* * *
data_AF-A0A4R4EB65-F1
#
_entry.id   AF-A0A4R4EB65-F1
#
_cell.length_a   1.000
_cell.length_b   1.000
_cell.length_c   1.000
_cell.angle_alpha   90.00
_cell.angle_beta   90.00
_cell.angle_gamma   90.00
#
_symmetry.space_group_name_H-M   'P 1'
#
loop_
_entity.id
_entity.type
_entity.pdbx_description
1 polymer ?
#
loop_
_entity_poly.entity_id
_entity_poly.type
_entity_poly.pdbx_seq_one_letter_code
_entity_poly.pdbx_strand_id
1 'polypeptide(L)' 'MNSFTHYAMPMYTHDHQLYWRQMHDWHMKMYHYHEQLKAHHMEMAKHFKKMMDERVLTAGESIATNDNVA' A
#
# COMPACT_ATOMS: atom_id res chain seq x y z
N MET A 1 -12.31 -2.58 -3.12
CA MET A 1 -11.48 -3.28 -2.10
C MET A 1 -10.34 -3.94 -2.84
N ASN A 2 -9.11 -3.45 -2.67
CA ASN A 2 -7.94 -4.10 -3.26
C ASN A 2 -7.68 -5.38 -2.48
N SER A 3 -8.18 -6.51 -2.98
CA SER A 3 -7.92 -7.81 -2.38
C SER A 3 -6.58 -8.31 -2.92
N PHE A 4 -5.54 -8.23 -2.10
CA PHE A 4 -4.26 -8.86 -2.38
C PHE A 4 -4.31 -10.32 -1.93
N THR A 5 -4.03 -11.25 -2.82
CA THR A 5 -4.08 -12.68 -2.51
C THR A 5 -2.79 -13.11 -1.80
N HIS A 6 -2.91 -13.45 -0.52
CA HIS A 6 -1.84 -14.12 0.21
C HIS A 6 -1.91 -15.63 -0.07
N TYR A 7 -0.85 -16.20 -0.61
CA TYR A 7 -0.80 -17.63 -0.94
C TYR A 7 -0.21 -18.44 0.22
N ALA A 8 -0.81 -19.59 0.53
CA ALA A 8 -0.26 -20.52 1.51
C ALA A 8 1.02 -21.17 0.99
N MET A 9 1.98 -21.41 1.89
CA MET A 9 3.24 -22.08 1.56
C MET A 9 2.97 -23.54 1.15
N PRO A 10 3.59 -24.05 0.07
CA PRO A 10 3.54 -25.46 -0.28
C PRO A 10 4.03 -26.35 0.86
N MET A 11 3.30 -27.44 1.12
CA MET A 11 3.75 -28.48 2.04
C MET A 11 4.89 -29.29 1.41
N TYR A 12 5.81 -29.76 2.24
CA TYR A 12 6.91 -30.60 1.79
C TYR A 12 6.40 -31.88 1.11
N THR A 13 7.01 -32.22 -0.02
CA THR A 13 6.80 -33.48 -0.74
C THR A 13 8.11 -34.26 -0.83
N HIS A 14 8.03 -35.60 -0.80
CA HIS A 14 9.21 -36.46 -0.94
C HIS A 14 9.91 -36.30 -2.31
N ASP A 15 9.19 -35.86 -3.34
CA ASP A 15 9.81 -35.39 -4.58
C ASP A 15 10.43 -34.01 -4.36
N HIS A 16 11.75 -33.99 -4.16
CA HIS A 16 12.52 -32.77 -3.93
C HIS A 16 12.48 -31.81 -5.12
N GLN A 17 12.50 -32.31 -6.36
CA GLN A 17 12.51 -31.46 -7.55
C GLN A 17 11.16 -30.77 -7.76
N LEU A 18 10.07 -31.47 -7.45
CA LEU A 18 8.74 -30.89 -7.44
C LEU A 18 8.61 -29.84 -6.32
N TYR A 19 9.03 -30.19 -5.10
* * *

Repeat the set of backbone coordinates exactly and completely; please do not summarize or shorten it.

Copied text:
data_AF-A0A4R4EB65-F1
#
_entry.id   AF-A0A4R4EB65-F1
#
_cell.length_a   1.000
_cell.length_b   1.000
_cell.length_c   1.000
_cell.angle_alpha   90.00
_cell.angle_beta   90.00
_cell.angle_gamma   90.00
#
_symmetry.space_group_name_H-M   'P 1'
#
loop_
_entity.id
_entity.type
_entity.pdbx_description
1 polymer ?
#
loop_
_entity_poly.entity_id
_entity_poly.type
_entity_poly.pdbx_seq_one_letter_code
_entity_poly.pdbx_strand_id
1 'polypeptide(L)' 'MNSFTHYAMPMYTHDHQLYWRQMHDWHMKMYHYHEQLKAHHMEMAKHFKKMMDERVLTAGESIATNDNVA' A
#
# COMPACT_ATOMS: atom_id res chain seq x y z
N MET A 1 -12.31 -2.58 -3.12
CA MET A 1 -11.48 -3.28 -2.10
C MET A 1 -10.34 -3.94 -2.84
N ASN A 2 -9.11 -3.45 -2.67
CA ASN A 2 -7.94 -4.10 -3.26
C ASN A 2 -7.68 -5.38 -2.48
N SER A 3 -8.18 -6.51 -2.98
CA SER A 3 -7.92 -7.81 -2.38
C SER A 3 -6.58 -8.31 -2.92
N PHE A 4 -5.54 -8.23 -2.10
CA PHE A 4 -4.26 -8.86 -2.38
C PHE A 4 -4.31 -10.32 -1.93
N THR A 5 -4.03 -11.25 -2.82
CA THR A 5 -4.08 -12.68 -2.51
C THR A 5 -2.79 -13.11 -1.80
N HIS A 6 -2.91 -13.45 -0.52
CA HIS A 6 -1.84 -14.12 0.21
C HIS A 6 -1.91 -15.63 -0.07
N TYR A 7 -0.85 -16.20 -0.61
CA TYR A 7 -0.80 -17.63 -0.94
C TYR A 7 -0.21 -18.44 0.22
N ALA A 8 -0.81 -19.59 0.53
CA ALA A 8 -0.26 -20.52 1.51
C ALA A 8 1.02 -21.17 0.99
N MET A 9 1.98 -21.41 1.89
CA MET A 9 3.24 -22.08 1.56
C MET A 9 2.97 -23.54 1.15
N PRO A 10 3.59 -24.05 0.07
CA PRO A 10 3.54 -25.46 -0.28
C PRO A 10 4.03 -26.35 0.86
N MET A 11 3.30 -27.44 1.12
CA MET A 11 3.75 -28.48 2.04
C MET A 11 4.89 -29.29 1.41
N TYR A 12 5.81 -29.76 2.24
CA TYR A 12 6.91 -30.60 1.79
C TYR A 12 6.40 -31.88 1.11
N THR A 13 7.01 -32.22 -0.02
CA THR A 13 6.80 -33.48 -0.74
C THR A 13 8.11 -34.26 -0.83
N HIS A 14 8.03 -35.60 -0.80
CA HIS A 14 9.21 -36.46 -0.94
C HIS A 14 9.91 -36.30 -2.31
N ASP A 15 9.19 -35.86 -3.34
CA ASP A 15 9.81 -35.39 -4.58
C ASP A 15 10.43 -34.01 -4.36
N HIS A 16 11.75 -33.99 -4.16
CA HIS A 16 12.52 -32.77 -3.93
C HIS A 16 12.48 -31.81 -5.12
N GLN A 17 12.50 -32.31 -6.36
CA GLN A 17 12.51 -31.46 -7.55
C GLN A 17 11.16 -30.77 -7.76
N LEU A 18 10.07 -31.47 -7.45
CA LEU A 18 8.74 -30.89 -7.44
C LEU A 18 8.61 -29.84 -6.32
N TYR A 19 9.03 -30.19 -5.10